I should have researched this more before I bought it. Terribly disappointing beginning. Takes a very narrow section of fandom and then analyses it to pieces with highbrow bullshit. Keeps reinforcing that the women who are fans are university educated and therefore...it reads like a dissertation rather than something an actual fan who was there in the fandom from 1995 on many many lists but not the Estrogen Brigade. So much could have been done with this and wasn't. It reads like a tract. I neve I should have researched this more before I bought it. Terribly disappointing beginning. Takes a very narrow section of fandom and then analyses it to pieces with highbrow bullshit. Keeps reinforcing that the women who are fans are university educated and therefore...it reads like a dissertation rather than something an actual fan who was there in the fandom from 1995 on many many lists but not the Estrogen Brigade. So much could have been done with this and wasn't. It reads like a tract. I never heard of any of the women interviewed, it skimmed over things I wanted more information on and went on forever on crap that bored the bejesus out of me. Narrow focus did a disservice to female fandom in cyberspace from my point of view. Too busy trying to legitimize something that didn't need legitimizing. Of course, it was really about the ACTORS and not the characters. Focus was David Duchcovny Estrogen Brigade which right off the bat says we are following the actor and not the character...the character is interesting but incidental and isn't he gorgeous. My fandom was Mulder not Duchovny so this was really a mistaken purchase on my part. I am so disappointed and I had so looked forward to this book. I shall go back and read Textual Poachers and Enterprising Women to wash the taste of this mess out of my mind. Due South was never one of my fandoms but in discussing it and slash, the book actually mentioned the past and paper circuit but did NOT link paper circuits to the appropriate fandoms..WTF? History of fandom skimmed over like it was less than important. It got better as it got on but the hard slog of the beginning almost made me toss it. As I read on Chapter 2 got better but overall I wished for more/better...something. Chapter 3 took me back to list culture with grammar mavens policing everyone's emails and criticizing their fan fiction and just constantly bitching as if the fact that they were educated and knew the language gave them the right to lord it over everyone else. My ability was equal to theirs in every respect but they ruined fandom for me. The book continued to go up and down in my estimation but never quite satisfied.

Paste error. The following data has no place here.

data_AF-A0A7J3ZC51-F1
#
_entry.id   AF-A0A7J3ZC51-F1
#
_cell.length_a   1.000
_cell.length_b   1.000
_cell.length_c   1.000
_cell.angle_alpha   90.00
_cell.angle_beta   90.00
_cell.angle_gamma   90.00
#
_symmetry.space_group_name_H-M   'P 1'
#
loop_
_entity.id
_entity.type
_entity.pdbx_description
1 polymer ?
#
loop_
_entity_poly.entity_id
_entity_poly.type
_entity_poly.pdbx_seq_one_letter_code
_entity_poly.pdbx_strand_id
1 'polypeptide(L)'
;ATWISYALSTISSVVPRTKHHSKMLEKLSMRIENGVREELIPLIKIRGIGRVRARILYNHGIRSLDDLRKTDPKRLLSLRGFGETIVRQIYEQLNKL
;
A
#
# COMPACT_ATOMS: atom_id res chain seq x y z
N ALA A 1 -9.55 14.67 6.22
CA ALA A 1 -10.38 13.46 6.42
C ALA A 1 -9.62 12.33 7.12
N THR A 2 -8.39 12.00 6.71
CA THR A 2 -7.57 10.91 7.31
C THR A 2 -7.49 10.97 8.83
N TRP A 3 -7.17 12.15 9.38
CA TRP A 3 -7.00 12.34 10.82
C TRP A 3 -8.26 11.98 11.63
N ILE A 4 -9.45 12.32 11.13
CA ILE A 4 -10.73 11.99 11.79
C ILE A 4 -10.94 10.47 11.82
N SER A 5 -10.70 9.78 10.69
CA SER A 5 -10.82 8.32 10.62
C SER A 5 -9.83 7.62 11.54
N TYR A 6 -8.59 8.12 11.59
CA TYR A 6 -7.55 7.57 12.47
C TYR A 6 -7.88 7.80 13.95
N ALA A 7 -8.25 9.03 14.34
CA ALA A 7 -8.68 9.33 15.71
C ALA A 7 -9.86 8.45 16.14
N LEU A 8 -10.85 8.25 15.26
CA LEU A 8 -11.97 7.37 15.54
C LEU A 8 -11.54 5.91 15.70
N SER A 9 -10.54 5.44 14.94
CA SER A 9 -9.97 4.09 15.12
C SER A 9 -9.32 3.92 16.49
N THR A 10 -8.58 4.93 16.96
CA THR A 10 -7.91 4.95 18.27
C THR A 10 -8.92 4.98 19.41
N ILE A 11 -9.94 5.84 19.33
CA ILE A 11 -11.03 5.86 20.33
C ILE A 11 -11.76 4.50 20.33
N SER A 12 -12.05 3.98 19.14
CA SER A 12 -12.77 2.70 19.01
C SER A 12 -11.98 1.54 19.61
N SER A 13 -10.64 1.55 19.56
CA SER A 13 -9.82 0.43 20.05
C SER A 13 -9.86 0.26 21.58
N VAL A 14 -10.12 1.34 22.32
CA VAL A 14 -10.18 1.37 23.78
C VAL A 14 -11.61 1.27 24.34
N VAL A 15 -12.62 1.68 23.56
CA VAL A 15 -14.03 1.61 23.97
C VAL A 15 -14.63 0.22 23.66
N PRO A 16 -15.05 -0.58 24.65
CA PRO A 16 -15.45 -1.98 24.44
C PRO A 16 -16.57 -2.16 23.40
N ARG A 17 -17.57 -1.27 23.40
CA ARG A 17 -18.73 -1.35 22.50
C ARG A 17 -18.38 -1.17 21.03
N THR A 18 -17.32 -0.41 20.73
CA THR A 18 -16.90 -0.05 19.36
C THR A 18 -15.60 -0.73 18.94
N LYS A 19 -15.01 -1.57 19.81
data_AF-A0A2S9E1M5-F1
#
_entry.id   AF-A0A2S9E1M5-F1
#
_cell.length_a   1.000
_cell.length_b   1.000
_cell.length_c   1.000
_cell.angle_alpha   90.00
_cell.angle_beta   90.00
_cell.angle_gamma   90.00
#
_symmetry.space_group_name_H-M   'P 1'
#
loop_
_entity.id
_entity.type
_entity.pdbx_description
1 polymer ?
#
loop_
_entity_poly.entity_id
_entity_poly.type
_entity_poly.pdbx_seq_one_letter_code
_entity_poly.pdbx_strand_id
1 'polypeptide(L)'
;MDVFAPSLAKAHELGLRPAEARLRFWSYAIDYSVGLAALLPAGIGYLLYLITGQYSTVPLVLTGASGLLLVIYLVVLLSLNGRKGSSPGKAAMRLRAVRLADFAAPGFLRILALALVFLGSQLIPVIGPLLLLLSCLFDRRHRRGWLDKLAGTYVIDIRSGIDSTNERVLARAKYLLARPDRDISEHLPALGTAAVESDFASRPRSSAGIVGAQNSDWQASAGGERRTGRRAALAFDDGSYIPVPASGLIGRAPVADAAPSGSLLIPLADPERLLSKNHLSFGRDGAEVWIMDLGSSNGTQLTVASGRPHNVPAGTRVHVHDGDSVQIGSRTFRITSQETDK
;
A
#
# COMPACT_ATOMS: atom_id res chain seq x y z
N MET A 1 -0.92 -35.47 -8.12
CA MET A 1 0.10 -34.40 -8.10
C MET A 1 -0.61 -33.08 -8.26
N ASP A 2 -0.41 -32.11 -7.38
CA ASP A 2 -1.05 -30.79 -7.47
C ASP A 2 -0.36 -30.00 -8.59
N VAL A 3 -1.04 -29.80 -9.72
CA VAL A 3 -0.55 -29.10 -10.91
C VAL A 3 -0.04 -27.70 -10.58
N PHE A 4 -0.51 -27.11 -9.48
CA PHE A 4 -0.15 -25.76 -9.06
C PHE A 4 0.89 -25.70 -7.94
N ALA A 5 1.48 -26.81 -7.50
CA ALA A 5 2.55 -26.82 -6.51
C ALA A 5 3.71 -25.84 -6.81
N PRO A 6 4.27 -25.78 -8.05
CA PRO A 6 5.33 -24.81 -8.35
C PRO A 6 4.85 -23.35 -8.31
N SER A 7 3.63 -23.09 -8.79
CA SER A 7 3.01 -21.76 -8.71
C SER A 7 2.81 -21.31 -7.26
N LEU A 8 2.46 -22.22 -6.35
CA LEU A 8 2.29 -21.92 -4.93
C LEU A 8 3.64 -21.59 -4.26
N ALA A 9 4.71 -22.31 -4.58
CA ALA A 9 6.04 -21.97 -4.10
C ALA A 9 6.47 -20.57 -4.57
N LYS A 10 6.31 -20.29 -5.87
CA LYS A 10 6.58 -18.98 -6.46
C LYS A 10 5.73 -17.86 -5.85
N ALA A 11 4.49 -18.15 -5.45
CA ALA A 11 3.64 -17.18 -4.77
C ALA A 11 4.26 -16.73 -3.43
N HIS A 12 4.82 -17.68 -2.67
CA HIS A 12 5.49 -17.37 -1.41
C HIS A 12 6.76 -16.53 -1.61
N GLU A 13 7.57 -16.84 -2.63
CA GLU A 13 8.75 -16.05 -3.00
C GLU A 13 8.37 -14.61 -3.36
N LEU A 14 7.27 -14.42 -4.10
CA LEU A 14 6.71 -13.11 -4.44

2. 5 out of 5

    Jennifer

    I enjoyed the in-depth analysis of two communities for this book. It suffered a bit from being somewhat dated--it was published in 2006 but only mentions blogging and Livejournal at the very end. As someone who wrote her PhD. dissertation on fandom on USENET, I empathize greatly--and the insights into fannish behavior still hold quite true, especially in discussions about politeness versus "constructive criticism."

  3. 4 out of 5

    John Carter McKnight

    Excellent study of two women's fan communities on Usenet in the mid-90's. Terrific insights and observations, outstanding deployment of theory. My only gripe is that this was a 2005 book about 1996 research: in 1998 it would have blown the roof off the academy, while by 2005 it was merely a very good book.

  4. 5 out of 5

    Joanna

    My life. DDEB and Due South slash? Jesus I am a stereotype. Not that there's anything wrong with that.

  5. 5 out of 5

    Ellie Woods

  6. 4 out of 5

    Brygmi Jane

  7. 5 out of 5

    Ginger K

  8. 4 out of 5

    Shelley Diemart

  9. 5 out of 5

    Nara

  10. 5 out of 5

    Audra

  11. 5 out of 5

    Yvonne

  12. 5 out of 5

    Kat

  13. 5 out of 5

    Jaala

  14. 4 out of 5

    Emma England

  15. 4 out of 5

    Cassey

  16. 5 out of 5

    Amanda

  17. 5 out of 5

    Martha

  18. 4 out of 5

    Gino Roncaglia

  19. 5 out of 5

    St├ęphanie

  20. 5 out of 5

    Sara Strasser

  21. 5 out of 5

    Charlotte Taylor-Ashfield

  22. 5 out of 5

    Mamie Cox

  23. 4 out of 5

    Mervyn Peake

  24. 4 out of 5

    Akkisuitok

  25. 5 out of 5

    Beatrice Crowl

  26. 5 out of 5

    Jayne

  27. 4 out of 5

    Jennifer

  28. 4 out of 5

    Eve

  29. 5 out of 5

    Kristina

  30. 4 out of 5

    k8inorbit

  31. 5 out of 5

    William Hanff

  32. 4 out of 5

    Cinco

  33. 5 out of 5

    avantine

  34. 4 out of 5

    Victoria Janssen

  35. 5 out of 5

    Lauren

  36. 4 out of 5

    Laura Quilter

  37. 5 out of 5

    Slay Belle

  38. 5 out of 5

    Digitalmeowmix

  39. 5 out of 5

    Lord Beardsley

  40. 5 out of 5

    Jinjifore

  41. 4 out of 5

    Angela

  42. 4 out of 5

    K.

  43. 5 out of 5

    Cheveuxroux S.

  44. 5 out of 5

    Jenna

  45. 5 out of 5

    Peg

  46. 5 out of 5

    Jenny

  47. 5 out of 5

    Ashlyn